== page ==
One Bishop Gives, One Bishop Takes Away

A tale of two cities, Philadelphia + San Francisco.

New or renewed initiatives in western of these two archdioceses,  even while the other closes down a chunk of its chancery.

Does this seem like a zero-sum game? Philly’s archdiocesan print organ is no more, but SF launches San Francisco Catolico, directed at Spanish-speaking believers in its area.

In this era of “assault” on marriage and family, the same archdiocese has decided to reopened a shuttered office:

During the past 15 years, the number of sacramental marriages in the archdiocese, and across the nation, has fallen by almost 60 percent, an interim task force on marriage assembled by the archdiocese found. There is a constellation of forces behind the statistic, (Auxiliary)Bishop (Robert) McElroy noted, including the growing secularization in society. Launching an office amid those challenges, as well as managing other ministries, including support for separated and divorced people, aid to the grieving and support for people after they’re married, is a tall order, Bishop McElroy said, and so part of the director’s job will be to find volunteers to assist.

Don’t mistake my criticism of bishops confusing same-sex issues with heterosexual marriage. I certainly believe the Church needs to devote a lot more ministry effort in the direction of marriage formation, and the accompanying ministries. Fighting same sex unions or so-called gay marriage just takes energy away from the real work.

And by the way … sixty percent? Is that for real?


About catholicsensibility

Todd lives in the Pacific Northwest, serving a Catholic parish as a lay minister.
This entry was posted in Hermeneutic of Subtraction, Ministry. Bookmark the permalink.

2 Responses to One Bishop Gives, One Bishop Takes Away

  1. Bill Logan says:

    I’d picked up the impression somewhere, perhaps incorrect, that one had to subscribe to the Philadelphia archdiocese’s newspaper. As someone from the Archdiocese of San Francisco, I’d note that there is no subscription charge for Catholic San Francisco–it’s simply mailed to households (I assume it’s ultimately paid for through archdiocesan funds–and through advertising of course). I’m sure the same will occur with the new Spanish-language newspaper. Catholic San Francisco is itself a renewed enterprise. There was a former archdiocesan newspaper (The Monitor) that was shut down for money reasons, but after a decade-plus without, the newspaper was revived. Hopefully Philadelphia will experience a similar revival, and sooner.

    From this article, the 60% figure is a nationwide average from a 2008 CARA study that looks at the numbers using 1972 as a baseline. For the Archdiocese of San Francisco, the decline from 1990 to 2010 was 47%, so if you extend it back to the 1970s, the decline is probably in line with the 60% nationwide average.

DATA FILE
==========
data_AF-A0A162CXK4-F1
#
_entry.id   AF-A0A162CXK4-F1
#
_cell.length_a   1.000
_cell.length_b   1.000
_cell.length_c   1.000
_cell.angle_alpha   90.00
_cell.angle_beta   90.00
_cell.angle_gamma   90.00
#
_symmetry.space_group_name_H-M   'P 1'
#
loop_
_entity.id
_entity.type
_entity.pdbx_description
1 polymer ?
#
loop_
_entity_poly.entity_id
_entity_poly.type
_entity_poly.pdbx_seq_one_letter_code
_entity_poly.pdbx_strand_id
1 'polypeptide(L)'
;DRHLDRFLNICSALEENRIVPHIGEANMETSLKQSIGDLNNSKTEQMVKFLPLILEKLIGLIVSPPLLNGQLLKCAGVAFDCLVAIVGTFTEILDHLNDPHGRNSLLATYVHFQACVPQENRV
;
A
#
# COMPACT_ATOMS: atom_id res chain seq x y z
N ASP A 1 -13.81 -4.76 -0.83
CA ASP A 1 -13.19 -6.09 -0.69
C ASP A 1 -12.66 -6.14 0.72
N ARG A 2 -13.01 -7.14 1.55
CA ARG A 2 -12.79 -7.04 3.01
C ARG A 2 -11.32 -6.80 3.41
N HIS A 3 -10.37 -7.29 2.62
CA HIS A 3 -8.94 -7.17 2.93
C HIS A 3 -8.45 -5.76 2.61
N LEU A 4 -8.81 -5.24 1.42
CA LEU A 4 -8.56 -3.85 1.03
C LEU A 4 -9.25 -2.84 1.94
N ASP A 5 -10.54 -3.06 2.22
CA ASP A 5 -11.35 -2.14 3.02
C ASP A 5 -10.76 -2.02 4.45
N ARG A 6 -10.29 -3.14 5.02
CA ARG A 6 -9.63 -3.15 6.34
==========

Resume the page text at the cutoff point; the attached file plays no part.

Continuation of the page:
2. James Ignatius McAuley says:

    Todd, you state, “[f]ighting same sex unions or so-called gay marriage just takes energy away from the real work.” I do not fully agree with your statement, but you are on to something. When you look at the Commons in the Roman Missal, 3rd edition, there is no proper for married couples who are saints. When we look at the Liturgy of the Hours (LOTH), the same occurs. This is problematic. In the LOTH it specifically says we go to the Common of Holy Men. The only other married couple I could find who is celebrated, but in the Franciscan calender, Elzear and Delphina on September 26 is the Common of Holy Men. AS an aside, pre-1971, Ann was the Common of Holy Women not virgins and Joachim the Common of Confessors. Now, not to sound like a feminist, but the common of holy men is addressed to men and does not necessarily address the issues married women (and men) face, such as infidelity, miscarriages, financial woe, loss of a child, etc.

    There needs to be a Common of holy marriage that recognizes the special unity of marriage for both the Missal and the LOTH. This is where your argument makes its point the strongest — there needs to be a real spiritual understanding and revitalization of marriage, and if you want to oppose “gay” marriage, this is one of the most effective routes the Bishops could take, but has been totally overlooked, that is provide for such a common for the Missal and LOTH.

    Of course, i would like a realistic married couple as a role model. The best I have seen is Louise and Zelie Martin, whose feast day as blessed was on July 12th. If argued the Martins are only blesseds, well, we have Bl. Kateri today, July 14th. If argued, you have Saint Isidore on May 15, well, were is his wife, St. Maria de la Cabeza (and again, the Common of Holy men)?

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